By: Gary L. Hutchens
There’s a line in an old song that says, “Nothing comes from nothing, nothing ever could…” That principle is pretty much universally accepted. It is applied in a wide variety of ways throughout society.
Parents encourage their school age children to apply themselves at school, for they’ll only get out of it according to what they put into it. Socially, the principle goes, “if you want to have friends, you have to be friendly.” Anyone who is not willing to be a friend will not make many friends. His consequent loneliness will be of his own doing. The principle is also applied from a health perspective. We’re told, “your body will be as good to you as you are to it.” If you continually abuse your body, you will ultimately feel the consequences.
Farmers understand the principle, as laid out in scripture. “He who sows sparingly will also reap sparingly, and he who sows bountifully will also reap bountifully” (2 Cor. 9:6). A farmer does not expect to reap a harvest if he does not plant a crop. He does not expect to have an abundant harvest if sows the seed only sparingly.
Paul used that illustration to emphasize the principle in the context of giving in worship to God. God will bless us according to how we give back to Him from the blessings with which He has already blessed us. It is an attempt to get us to see God’s will that we give bountifully from our material blessings in our worship to Him.
A coach who leads his athletes in a demanding physical training regimen responds to their complaints about it being too hard with this simple restatement of the same principle: “No pain, no gain!” If they want to be successful individually, and if they want to be successful collectively as a team, they’ll have to put in the time, the training, the work to become successful.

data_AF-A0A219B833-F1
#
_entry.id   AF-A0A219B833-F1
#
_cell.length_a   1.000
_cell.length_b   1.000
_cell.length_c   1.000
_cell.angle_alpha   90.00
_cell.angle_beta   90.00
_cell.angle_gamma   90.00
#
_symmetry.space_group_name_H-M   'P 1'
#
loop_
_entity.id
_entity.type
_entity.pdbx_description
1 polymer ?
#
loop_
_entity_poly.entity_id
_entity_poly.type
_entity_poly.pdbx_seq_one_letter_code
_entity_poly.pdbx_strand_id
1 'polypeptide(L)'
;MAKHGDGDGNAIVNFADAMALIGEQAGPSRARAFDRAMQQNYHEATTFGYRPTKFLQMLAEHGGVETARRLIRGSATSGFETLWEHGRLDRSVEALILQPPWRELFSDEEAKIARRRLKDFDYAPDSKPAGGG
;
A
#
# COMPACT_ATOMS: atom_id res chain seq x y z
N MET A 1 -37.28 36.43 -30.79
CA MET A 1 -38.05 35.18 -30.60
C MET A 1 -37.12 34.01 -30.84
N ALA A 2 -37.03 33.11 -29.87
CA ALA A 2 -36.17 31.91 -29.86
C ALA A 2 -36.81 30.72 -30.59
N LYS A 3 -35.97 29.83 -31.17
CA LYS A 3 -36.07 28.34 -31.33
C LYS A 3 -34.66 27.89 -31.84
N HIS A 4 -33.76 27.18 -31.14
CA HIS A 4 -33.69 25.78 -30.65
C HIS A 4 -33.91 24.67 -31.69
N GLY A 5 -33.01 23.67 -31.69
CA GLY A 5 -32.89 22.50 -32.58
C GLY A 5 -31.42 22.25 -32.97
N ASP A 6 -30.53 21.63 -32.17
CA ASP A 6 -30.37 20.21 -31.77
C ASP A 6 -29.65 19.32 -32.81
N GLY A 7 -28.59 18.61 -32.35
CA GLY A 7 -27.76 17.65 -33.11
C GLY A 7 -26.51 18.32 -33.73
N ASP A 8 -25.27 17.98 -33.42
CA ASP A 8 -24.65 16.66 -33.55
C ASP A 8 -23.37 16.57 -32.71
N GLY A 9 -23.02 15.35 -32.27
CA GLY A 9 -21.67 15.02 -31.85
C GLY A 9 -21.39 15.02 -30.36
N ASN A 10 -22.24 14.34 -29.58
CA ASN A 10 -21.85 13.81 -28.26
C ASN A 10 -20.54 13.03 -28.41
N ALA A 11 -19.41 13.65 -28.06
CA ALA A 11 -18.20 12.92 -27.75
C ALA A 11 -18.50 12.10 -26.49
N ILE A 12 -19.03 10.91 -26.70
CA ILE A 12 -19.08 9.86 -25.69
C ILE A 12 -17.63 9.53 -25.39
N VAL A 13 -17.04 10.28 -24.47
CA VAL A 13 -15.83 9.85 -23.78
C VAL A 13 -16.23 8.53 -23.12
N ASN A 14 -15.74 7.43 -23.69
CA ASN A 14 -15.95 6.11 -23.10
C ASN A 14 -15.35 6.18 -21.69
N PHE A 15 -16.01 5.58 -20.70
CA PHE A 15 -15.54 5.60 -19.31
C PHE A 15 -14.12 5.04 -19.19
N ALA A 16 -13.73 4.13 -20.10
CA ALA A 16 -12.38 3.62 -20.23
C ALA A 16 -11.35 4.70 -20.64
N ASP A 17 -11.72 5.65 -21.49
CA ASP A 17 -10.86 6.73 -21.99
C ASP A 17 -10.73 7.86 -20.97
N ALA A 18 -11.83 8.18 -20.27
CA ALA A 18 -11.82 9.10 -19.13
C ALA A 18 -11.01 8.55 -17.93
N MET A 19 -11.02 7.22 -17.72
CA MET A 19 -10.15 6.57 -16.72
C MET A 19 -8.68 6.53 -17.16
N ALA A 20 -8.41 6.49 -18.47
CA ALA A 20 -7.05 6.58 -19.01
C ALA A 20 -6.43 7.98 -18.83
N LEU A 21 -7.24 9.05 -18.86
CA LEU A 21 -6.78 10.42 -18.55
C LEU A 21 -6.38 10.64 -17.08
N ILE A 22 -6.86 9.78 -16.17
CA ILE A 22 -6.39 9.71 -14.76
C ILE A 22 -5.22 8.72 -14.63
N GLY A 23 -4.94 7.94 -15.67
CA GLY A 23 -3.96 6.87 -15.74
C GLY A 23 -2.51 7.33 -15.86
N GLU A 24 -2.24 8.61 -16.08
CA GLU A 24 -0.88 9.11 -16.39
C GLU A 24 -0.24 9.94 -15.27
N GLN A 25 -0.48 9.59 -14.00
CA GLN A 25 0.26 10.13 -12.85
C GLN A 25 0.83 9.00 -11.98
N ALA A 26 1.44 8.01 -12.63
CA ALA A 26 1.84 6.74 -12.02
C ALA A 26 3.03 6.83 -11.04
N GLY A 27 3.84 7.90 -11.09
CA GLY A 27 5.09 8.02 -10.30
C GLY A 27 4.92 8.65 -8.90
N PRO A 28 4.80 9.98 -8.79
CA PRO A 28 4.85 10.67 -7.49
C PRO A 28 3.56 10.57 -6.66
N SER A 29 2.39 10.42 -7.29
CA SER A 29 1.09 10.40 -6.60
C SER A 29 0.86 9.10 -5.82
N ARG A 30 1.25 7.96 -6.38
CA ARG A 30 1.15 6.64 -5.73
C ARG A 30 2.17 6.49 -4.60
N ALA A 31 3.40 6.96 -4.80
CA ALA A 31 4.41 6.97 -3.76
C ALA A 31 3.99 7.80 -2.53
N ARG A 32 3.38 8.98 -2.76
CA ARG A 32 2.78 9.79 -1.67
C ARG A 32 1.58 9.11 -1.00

As to the development of spiritual strength and character, Paul applied this principle as follows: “…whatever a man sows, that he will also reap. For he who sows to his flesh will of the flesh reap corruption, but he who sows to the Spirit will of the Spirit reap everlasting life” (Gal. 6:7-8). A person cannot expect to have a good relationship with God without obeying God’s teachings communicated in His word. A Christian cannot expect to grow in faith and be strong spiritually without consistently applying God’s teachings to his daily life.
If you want to reap the reward of eternal life, you have to purposely pursue a life here that will lead to eternal life in Heaven. Don’t expect to be with God if you don’t live a Godly life. Remember the principle: “Nothing in, nothing out.” Apply yourself to developing a strong relationship with God, according to His instructions as to how to do that. God has done His part. Now, it’s up to you. You cannot expect to have a strong spiritual life while putting nothing into developing a strong spiritual life. Nothing grows in a vacuum…
Gary L. Hutchens